While £20,000 is a lot of money, in motoring terms it will only get you behind the wheel of a mid-range Focus. Now, I’m a big fan of the family Ford but even I have to admit that driving it isn’t exactly a thrill-a-minute.
No, for excitement you want the car you always promised yourself and now is the time to indulge yourself with one of these bargain-basement sports cars!
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Ford Fiesta ST
The Ford Fiesta ST’s pin-sharp handling, rorty exhaust note and feisty engine combine to deliver far more fun than seems reasonable in such a tiny package.
A top speed of 139mph might be impressive but it isn’t as impressive as the 0-62mph time of just 6.9 seconds and potential fuel economy of up to 47.9mpg.
The list price is starts at £17,145 but I suspect that you could knock a thousand pounds off that without having to haggle too hard.
Alternatively, you could buy a pre-owned 2015 car with fewer than 10,000 miles on the odometer for just over £12,000.
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If you need a convertible (and why wouldn’t you?), the Mazda MX-5 is probably the answer.
The 1.5-litre engine might only have 129bhp but that’s more than enough in such a light car.
Yes, a more powerful version is available but you don’t need it because the base model handles better and is more fun than it’s fierier sibling, even if it does deny you bragging rights in the pub.
The MX-5 range starts at £18,495 and it is in such high demand that you are unlikely to get a discount. It’s a new model too, so there aren’t many available on the secondhand market either but neither of these things matter because if you need a super-civilized, two-seater sports car for under twenty grand then the MX-5 is on a shortlist of one.
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If the MX-5 is a bit too civilized for you then the Caterham Seven 160 is probably right up your street.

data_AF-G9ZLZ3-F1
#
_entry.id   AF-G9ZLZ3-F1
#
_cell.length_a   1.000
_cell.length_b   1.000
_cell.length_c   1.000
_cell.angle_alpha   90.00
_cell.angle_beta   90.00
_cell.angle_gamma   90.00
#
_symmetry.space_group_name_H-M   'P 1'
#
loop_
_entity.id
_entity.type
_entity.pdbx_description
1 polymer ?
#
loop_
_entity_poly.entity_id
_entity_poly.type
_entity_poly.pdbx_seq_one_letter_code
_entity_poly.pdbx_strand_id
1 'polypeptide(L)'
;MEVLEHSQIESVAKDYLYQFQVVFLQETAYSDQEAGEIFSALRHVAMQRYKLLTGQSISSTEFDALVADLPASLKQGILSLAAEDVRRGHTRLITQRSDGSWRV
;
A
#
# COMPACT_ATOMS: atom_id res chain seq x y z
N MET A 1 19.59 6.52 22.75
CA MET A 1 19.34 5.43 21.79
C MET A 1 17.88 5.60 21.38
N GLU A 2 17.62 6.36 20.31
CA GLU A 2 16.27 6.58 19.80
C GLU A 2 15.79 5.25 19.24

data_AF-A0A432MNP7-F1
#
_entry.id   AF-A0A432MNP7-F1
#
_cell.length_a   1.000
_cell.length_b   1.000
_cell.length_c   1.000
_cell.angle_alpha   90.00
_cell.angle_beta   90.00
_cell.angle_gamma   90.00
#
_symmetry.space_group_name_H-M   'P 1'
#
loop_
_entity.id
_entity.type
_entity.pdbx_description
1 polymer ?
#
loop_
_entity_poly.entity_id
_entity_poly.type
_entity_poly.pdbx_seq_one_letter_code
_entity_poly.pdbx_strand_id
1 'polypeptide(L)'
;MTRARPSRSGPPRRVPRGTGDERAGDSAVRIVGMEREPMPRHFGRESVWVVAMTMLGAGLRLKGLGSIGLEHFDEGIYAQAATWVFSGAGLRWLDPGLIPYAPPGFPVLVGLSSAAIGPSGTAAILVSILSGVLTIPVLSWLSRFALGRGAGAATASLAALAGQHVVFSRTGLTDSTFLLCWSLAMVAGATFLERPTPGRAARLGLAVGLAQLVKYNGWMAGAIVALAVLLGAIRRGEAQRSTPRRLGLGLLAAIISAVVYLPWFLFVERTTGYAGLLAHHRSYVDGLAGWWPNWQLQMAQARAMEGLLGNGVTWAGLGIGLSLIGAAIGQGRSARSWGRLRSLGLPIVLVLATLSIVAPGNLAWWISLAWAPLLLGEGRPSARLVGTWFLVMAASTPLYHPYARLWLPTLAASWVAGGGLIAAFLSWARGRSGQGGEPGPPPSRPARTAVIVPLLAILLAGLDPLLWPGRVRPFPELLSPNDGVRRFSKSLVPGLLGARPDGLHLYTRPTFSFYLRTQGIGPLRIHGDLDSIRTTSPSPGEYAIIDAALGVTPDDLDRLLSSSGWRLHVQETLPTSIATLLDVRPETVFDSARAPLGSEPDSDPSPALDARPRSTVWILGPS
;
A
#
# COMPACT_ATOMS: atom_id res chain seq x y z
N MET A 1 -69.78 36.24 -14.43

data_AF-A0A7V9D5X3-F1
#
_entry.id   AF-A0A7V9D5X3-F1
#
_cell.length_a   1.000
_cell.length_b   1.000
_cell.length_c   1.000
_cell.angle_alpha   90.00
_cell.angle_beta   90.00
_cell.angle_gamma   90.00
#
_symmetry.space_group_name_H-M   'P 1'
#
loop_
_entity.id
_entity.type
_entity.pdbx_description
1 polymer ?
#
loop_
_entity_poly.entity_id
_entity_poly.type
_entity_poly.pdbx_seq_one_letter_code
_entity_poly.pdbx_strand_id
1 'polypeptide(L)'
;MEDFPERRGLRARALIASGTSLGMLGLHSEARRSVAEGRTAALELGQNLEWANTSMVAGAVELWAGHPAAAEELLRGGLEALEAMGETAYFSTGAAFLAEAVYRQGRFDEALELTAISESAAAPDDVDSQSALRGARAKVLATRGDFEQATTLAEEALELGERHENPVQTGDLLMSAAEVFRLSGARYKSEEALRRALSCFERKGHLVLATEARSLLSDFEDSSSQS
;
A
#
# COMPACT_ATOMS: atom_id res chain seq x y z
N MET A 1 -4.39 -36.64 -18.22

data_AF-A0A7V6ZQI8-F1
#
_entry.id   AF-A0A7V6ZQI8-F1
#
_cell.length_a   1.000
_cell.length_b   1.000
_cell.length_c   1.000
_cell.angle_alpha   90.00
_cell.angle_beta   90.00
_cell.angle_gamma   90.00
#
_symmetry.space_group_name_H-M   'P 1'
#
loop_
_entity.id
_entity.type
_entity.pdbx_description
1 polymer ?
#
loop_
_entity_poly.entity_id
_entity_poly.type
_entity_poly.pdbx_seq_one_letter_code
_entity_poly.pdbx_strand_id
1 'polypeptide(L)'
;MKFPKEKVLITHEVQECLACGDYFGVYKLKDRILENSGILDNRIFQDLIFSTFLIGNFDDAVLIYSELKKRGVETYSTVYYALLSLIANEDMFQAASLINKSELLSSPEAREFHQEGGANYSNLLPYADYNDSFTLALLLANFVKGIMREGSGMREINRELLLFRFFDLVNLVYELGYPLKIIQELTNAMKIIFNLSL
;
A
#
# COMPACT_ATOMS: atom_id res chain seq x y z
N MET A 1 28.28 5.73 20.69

Boasting 160bhp, it comes with rudimentary bodywork, two seats, four wheels and little else; pretty everything else is an optional extra but none of that matters when you slide down behind the tiny steering wheel and buckle up.
You are intimately linked to the Caterham in a way that would cost considerably more to achieve anywhere else – and when you’ve tamed it, a whole world of upgrades is available for pocket money prices.
Yes, it’s hugely impractical but nothing gives the same sensations for so little. Oh, and if you want to save £3,000, why not build it yourself?
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Suzuki Swift Sport
The cheapest and slowest car on our list deserves its place on my list because nothing will make you smile so much for such a paltry sum.
It’s also the go-to car when motoring journalists are asked which hot-hatch they’d buy.
Eight-point-something seconds to reach 60 is nothing to write home about but the little Suzuki zips between bends like a Jack Russell after a rat and stops on the proverbial sixpence thanks to its featherweight build.
The three-door version squeezes under £14,000 and you could probably knock another £500 off that without trying too hard. You could shave another couple of thousand pounds off if you bought a nearly new car from a Suzuki dealer but when they’re this cheap do you really need to?
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The wild card in the pack is the Porsche Cayman, a bona fide sports car of the first order. Our budget will stretch to a 2008 Cayman S with almost 300bhp and a top speed of 171mph but the baby Porsche is about much more than speed; the handling is sublime and second only to the Caterham 160 for the enthusiastic driver.
Yes, there are risks to buying a secondhand high-performance car like this but if you drop your budget to £19,000 and spend the remaining £1,000 on an aftermarket warranty at least you’ll be able to sleep at night.
If you had a £20,000 budget to buy a sportscar, what would be on your list? We’d love to hear your thoughts - email us on firstname.lastname@example.org